By Ariel Rosen
My year abroad in the City of Lights and the violent aftermath of the election in Iran. At first glance, these two events may not seem to have much in common. But listening to the June 30th podcast from NPR: Talk of the Nation, Iranian Americans watch Tehran from Afar, you’ll see how they just might be related.
On the show, guests Tara Bahrampour (author of the memoir To See and See Again) and Trita Parsi discuss with host Neil Cohen the implications of the election for Iranian Americans. Iran’s evolving image has redirected conversations from the nuclear-centric to the personal. Instead of worrying about arms programs, people now talk about the bravery of anonymous protesters. This implies that Americans have gained a more sympathetic view of Iranians that permits them to relate to a people whose seemingly divergent values previously separated them.
The podcast also addresses how this change in perception mirrors Iranian Americans’ newly shaped self-image. Whereas before Iranians had many reasons to be proud of their heritage and to express this pride amongst themselves, they can now do the same in front of non-Iranians, thanks to the recent outpouring of support from the international community.
The link between my year studying in Paris and the protests in Iran? The way I see it, the events surrounding Iran’s election did for the Iranian American community what Obama’s candidacy and victory did for the American reputation in France: catalyzed empathy and support where before there wasn’t much of which to speak.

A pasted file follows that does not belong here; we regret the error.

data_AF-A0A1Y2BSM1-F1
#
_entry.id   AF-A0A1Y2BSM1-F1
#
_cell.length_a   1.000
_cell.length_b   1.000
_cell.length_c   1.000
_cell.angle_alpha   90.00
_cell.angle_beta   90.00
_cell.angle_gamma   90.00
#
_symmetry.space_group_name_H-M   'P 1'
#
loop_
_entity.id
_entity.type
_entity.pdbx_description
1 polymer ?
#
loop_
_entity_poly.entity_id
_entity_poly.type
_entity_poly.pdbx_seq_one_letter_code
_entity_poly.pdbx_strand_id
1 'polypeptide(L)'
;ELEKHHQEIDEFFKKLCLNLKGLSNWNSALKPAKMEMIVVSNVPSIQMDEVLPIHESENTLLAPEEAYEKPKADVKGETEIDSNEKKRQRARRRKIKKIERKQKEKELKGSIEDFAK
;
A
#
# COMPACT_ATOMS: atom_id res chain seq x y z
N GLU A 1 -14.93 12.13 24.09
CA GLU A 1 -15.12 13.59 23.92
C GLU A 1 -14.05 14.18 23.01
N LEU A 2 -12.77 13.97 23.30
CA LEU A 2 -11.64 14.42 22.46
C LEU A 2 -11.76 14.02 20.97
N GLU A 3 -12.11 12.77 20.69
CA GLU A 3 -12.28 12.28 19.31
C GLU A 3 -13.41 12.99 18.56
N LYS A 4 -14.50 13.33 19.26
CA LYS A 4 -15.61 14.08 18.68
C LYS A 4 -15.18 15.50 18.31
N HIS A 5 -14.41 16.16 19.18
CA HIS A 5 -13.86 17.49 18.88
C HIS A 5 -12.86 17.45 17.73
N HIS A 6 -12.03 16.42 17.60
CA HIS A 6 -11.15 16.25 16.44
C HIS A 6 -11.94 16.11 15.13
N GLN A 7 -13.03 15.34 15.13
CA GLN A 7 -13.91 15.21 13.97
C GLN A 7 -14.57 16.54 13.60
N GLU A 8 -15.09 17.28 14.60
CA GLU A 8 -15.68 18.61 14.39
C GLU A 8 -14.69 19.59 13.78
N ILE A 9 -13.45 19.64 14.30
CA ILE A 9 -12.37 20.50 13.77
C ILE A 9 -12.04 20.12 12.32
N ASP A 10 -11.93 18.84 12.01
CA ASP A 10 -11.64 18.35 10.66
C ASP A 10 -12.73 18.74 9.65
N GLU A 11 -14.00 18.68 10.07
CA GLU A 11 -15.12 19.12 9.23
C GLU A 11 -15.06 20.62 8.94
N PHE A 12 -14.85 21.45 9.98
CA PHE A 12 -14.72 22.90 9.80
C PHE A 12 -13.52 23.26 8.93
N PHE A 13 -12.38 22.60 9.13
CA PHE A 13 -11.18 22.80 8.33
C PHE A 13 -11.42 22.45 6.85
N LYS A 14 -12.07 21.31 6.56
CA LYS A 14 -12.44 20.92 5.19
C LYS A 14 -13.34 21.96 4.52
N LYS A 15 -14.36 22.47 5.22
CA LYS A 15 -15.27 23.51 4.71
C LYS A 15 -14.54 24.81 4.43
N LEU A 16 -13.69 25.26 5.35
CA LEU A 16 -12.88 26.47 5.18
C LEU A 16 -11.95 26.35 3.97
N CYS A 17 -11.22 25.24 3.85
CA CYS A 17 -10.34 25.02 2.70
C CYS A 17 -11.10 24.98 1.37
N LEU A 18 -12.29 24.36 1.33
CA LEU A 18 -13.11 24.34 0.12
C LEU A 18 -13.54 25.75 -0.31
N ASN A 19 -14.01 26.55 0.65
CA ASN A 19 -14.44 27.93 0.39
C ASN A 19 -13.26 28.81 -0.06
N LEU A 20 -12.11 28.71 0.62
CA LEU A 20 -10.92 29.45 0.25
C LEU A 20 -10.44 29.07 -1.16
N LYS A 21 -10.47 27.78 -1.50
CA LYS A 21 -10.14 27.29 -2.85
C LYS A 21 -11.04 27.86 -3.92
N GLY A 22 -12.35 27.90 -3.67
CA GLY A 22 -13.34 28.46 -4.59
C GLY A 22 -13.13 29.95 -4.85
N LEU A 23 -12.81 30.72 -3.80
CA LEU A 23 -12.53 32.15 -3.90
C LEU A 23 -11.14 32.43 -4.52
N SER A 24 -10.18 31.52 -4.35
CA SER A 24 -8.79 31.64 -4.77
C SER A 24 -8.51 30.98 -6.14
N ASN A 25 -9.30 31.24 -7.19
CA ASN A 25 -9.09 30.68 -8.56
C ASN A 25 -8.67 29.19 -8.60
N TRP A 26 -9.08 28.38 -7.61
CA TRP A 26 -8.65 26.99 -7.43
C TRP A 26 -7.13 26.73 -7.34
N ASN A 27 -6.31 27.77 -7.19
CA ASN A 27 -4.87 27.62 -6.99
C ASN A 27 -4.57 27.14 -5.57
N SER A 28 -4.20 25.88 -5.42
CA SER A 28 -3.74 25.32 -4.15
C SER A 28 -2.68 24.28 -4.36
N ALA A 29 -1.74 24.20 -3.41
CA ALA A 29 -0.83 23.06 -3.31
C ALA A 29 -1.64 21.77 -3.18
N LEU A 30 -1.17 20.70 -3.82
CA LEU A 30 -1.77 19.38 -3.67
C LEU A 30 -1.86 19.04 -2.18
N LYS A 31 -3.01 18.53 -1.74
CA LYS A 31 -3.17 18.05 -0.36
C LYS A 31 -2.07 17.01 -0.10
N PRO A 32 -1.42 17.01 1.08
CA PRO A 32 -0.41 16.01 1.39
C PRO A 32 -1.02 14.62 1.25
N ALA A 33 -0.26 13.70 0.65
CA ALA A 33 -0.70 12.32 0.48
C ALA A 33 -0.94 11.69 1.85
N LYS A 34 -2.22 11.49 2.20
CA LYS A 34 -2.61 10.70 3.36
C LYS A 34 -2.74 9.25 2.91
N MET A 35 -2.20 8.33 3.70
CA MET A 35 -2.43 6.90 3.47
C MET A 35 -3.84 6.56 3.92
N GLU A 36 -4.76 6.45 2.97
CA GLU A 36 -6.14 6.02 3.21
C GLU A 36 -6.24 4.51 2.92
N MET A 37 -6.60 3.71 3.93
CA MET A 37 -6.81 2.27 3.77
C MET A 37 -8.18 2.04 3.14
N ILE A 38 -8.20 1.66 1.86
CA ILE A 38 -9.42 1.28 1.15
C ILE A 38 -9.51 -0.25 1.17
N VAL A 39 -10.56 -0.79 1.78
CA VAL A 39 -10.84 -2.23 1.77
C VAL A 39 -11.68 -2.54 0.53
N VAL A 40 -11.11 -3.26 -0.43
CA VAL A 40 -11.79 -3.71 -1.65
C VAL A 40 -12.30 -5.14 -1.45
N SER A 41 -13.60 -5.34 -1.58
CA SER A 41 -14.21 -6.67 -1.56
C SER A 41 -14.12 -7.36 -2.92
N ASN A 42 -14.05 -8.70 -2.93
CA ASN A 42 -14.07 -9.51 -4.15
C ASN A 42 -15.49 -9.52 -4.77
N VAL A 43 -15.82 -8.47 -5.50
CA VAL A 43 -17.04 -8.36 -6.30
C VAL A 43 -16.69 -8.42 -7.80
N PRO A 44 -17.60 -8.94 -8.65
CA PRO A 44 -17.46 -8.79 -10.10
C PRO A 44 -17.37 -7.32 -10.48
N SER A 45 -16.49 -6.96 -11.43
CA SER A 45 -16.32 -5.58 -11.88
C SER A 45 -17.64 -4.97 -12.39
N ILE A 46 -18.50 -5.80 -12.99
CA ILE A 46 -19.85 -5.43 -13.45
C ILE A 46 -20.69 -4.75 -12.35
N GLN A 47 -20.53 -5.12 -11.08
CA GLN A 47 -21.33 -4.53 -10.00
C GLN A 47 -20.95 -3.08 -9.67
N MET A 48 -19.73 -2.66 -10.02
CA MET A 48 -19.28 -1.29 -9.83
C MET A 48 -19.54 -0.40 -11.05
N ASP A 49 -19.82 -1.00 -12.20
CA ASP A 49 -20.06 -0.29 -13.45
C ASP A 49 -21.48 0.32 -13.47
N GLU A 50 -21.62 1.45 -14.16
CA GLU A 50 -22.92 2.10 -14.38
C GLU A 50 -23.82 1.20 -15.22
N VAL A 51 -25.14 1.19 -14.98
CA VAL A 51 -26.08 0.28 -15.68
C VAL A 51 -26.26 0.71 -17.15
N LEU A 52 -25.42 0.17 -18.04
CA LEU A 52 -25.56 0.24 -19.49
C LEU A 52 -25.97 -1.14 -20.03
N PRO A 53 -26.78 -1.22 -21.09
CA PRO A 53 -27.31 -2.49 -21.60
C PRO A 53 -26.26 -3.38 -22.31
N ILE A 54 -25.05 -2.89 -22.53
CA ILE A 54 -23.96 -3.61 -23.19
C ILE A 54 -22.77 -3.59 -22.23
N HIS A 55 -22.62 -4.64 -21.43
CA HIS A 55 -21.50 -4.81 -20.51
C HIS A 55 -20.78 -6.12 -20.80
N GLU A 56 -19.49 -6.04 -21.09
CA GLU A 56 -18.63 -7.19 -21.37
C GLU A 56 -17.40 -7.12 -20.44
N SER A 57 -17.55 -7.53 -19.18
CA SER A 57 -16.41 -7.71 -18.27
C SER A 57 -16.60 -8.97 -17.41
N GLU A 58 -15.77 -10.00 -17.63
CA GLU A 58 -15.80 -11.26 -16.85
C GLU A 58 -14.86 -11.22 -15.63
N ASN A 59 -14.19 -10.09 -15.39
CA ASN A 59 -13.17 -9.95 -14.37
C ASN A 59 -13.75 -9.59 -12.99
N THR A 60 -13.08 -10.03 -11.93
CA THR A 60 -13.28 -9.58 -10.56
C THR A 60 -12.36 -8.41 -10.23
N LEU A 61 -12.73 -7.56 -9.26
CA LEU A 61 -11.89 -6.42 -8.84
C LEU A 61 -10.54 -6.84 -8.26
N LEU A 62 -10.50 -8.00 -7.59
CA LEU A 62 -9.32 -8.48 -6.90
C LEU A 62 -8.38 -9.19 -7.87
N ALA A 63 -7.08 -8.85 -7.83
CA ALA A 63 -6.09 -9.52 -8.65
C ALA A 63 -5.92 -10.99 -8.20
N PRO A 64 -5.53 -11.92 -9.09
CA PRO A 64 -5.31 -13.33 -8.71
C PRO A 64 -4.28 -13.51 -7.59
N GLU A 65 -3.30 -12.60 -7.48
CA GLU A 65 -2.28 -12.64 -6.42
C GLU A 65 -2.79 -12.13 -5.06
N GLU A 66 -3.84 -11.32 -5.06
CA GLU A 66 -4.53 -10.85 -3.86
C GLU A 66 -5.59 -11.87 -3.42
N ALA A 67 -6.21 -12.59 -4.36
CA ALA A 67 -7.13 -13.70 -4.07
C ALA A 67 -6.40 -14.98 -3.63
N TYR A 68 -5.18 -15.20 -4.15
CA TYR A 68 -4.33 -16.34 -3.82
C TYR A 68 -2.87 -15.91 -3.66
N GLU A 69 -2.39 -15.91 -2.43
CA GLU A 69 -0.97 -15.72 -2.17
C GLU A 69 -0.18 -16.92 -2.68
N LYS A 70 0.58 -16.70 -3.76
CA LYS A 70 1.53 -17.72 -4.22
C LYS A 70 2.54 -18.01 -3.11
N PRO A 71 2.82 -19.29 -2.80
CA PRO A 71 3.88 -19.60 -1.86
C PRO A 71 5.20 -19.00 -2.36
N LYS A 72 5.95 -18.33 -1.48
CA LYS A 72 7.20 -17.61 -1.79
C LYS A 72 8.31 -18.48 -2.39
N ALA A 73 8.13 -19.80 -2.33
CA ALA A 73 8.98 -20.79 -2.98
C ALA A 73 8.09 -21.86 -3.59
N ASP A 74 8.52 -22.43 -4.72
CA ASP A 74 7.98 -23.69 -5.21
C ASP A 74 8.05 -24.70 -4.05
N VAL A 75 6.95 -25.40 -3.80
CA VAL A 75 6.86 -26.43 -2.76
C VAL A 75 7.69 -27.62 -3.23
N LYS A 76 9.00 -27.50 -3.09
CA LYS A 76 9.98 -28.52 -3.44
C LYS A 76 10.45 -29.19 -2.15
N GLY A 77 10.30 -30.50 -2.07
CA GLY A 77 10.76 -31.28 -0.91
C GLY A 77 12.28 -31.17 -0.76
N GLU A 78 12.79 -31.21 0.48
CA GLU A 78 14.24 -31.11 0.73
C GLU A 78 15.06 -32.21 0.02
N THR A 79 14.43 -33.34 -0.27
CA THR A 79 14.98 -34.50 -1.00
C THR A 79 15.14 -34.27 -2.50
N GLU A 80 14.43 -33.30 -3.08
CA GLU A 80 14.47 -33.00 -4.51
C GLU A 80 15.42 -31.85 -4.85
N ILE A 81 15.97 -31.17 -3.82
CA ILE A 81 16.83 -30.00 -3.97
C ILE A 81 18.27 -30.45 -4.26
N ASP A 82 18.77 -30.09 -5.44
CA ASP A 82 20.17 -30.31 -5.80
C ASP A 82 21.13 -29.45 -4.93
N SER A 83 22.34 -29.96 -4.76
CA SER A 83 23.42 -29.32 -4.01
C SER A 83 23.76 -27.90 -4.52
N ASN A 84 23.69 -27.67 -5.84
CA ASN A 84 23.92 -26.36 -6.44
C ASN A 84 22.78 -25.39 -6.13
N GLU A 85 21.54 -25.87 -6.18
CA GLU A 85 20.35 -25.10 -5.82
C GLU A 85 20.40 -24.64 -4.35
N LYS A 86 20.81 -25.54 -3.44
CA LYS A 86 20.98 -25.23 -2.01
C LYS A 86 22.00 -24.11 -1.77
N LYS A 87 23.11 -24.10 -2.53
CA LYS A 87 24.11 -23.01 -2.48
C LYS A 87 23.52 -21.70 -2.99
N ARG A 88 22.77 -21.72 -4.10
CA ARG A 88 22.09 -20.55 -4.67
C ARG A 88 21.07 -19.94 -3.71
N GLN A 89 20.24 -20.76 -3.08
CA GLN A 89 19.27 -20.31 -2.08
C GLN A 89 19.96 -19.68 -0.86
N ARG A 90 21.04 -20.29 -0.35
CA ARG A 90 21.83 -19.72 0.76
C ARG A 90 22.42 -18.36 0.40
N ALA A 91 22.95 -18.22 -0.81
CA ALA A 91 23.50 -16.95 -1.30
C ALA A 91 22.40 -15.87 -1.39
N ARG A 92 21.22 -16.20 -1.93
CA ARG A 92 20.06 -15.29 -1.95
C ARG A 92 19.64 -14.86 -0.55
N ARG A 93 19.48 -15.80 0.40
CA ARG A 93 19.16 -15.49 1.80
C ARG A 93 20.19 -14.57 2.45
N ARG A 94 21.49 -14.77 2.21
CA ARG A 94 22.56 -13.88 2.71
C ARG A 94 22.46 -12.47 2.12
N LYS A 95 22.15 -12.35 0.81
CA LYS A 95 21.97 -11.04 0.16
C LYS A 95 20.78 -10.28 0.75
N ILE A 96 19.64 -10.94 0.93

Upon my arrival at the Porte Maillot bus station in Paris mid-September, the first sight to greet me (even before my impossibly blond host family came to collect “their American”) was Obama’s smilingly confident face decorating a bus stop. That image set the tone for the months leading up to the presidential election in the States – Barack was everywhere, on billboards and tongue tips. The first thing the French wanted to know was who I would be voting for and as soon as the magic syllables were out of my mouth, a rare smile would crack the Parisian façade and a sincere enthusiasm bubbled through.
During this past year, a pride in my American heritage installed itself in my identity, fed by French support of my new president that struck me by a novelty equal to that of my nascent patriotism.